A2: There are three broad items that the DOE is seeking answers for in its Request for Information (RFI), and which shed some light into its approach to the demand-side initiative: how to design the support mechanism, how to choose recipients of said support, and how to identify an entity or entities to manage the fund.
When it comes to design of the support mechanism, the DOE is considering the four following schemes, allowing respondents to propose unlisted alternative schemes of their own: (1) Contracts for Difference (CfD) that would provide support based on the difference between producer’s market price and end user’s willingness to pay; (2) fixed support payments to end-users; (3) funding for feasibility analysis from offtakers near H2Hubs; (4) a “market-maker” to provide a ready purchaser/seller of clean hydrogen. Prospective awardees would then be selected under the following three—or proposed other—guidelines: (1) reverse auctions, where projects get awarded based on lowest-bid for support needed for project viability; (2) request for proposal-based, where projects are selected based on their applications meeting various criteria; (3) eligibility-based, where all projects meeting established requirements get awarded support.
Lastly, the DOE plans to seek out an independent “Implementing Entity/Entities” to manage the initiative, seeking advice from respondents on the following points: the capabilities and qualifications by which candidates should be selected; if the initiative should be managed by an entity with national scope or many entities with regional scopes; how long it would take to establish a managing entity if there are no qualified candidates; and risks associated with delegating management of the initiative to an implementing entity.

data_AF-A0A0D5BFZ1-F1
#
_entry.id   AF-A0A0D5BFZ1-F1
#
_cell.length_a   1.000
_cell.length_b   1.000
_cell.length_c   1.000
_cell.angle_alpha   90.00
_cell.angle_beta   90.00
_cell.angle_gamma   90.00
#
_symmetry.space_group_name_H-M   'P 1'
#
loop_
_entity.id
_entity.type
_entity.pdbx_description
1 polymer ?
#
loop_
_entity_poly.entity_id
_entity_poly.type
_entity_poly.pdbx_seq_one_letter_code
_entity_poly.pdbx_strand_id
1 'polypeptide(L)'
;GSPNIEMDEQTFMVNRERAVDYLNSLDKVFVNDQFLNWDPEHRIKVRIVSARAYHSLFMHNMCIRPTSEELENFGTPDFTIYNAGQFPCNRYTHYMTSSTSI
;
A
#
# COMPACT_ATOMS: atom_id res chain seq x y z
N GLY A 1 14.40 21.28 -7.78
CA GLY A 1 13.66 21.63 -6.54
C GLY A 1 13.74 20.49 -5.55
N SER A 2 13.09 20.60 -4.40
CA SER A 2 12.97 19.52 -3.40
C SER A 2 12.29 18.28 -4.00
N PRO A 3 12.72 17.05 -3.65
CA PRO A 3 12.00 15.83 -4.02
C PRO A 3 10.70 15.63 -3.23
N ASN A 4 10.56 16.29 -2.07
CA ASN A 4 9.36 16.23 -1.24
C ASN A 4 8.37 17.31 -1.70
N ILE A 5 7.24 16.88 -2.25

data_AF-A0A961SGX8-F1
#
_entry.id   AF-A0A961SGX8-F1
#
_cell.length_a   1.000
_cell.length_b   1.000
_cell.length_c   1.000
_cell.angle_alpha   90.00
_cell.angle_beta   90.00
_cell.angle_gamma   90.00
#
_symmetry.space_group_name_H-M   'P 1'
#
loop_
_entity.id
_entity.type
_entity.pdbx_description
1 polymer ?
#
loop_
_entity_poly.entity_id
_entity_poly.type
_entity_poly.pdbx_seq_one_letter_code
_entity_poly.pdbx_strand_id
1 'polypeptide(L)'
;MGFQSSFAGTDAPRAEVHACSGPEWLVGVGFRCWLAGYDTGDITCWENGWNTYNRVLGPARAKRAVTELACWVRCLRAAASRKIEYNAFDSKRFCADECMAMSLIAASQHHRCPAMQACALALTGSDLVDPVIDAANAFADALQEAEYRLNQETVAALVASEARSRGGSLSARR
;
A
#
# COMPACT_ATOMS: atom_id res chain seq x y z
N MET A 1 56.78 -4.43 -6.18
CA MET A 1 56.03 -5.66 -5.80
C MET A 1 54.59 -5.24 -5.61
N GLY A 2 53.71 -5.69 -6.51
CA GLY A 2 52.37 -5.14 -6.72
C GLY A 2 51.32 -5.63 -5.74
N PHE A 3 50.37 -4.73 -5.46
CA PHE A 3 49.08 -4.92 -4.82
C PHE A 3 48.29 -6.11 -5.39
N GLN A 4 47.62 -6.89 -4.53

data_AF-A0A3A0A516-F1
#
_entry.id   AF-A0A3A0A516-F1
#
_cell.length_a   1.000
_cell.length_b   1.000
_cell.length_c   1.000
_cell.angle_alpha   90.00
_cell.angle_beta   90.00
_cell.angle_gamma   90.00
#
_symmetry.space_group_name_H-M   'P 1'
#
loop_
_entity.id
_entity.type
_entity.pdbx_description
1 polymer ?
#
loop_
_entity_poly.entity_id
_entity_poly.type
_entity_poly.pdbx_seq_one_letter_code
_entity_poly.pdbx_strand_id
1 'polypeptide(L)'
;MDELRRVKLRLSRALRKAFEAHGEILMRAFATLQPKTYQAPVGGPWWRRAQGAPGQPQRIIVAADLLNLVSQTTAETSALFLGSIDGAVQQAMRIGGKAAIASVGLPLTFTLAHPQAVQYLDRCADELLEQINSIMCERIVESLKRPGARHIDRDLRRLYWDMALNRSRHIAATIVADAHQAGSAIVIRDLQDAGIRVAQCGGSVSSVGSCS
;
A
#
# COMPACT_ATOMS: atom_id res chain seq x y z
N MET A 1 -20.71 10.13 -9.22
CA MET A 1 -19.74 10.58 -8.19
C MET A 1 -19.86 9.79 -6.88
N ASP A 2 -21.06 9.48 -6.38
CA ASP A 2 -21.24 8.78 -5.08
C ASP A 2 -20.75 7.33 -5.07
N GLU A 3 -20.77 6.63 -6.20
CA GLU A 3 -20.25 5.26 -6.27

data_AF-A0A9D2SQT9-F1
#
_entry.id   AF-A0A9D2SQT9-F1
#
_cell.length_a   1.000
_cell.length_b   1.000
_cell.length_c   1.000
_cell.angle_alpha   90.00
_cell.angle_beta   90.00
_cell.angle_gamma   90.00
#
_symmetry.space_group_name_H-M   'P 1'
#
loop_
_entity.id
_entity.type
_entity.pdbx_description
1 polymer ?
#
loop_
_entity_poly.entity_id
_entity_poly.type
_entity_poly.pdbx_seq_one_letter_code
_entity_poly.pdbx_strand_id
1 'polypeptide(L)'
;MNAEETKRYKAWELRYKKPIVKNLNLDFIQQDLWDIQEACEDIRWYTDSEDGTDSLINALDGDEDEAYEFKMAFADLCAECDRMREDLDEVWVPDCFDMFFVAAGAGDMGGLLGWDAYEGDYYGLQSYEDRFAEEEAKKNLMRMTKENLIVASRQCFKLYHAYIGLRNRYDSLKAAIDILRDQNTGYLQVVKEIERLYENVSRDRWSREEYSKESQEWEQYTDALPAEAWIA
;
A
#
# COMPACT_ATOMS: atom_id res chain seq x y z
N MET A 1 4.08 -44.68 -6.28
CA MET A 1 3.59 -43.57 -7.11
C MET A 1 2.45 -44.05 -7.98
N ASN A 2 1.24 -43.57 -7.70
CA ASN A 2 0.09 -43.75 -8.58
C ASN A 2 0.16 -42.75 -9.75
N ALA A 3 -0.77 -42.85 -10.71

Q3: What demand-side intervention tools could help address market uncertainty surrounding emerging clean hydrogen markets?
A3: A CSIS report released last year recommended three tools to foster development of clean hydrogen markets in the H2Hubs program: exchanges or clearinghouses, federal procurement, and state policy drivers.
Exchanges or clearinghouses operate much like the proposed market-maker in the DOE’s RFI, reducing participant transaction costs by coordinating consumers’ purchase of clean hydrogen from producers. The tool’s attractiveness lies in its ability to address uncertainty in the pace and scope of the industry’s scale up. It can bundle consumer offtake up to what a single producer can provide and then make short-term, low-volume contracts to hydrogen end-users. The market-maker would also subsidize the difference between the price paid to the producer and the price paid to the final buyer. This directly addresses end user’s hesitancy to commit to long-term contracts due to forecasted reductions in clean hydrogen production costs. Furthermore, once markets have formed, this approach could easily accommodate new entrants into the H2Hubs hydrogen ecosystem—whether these are suppliers or end-users.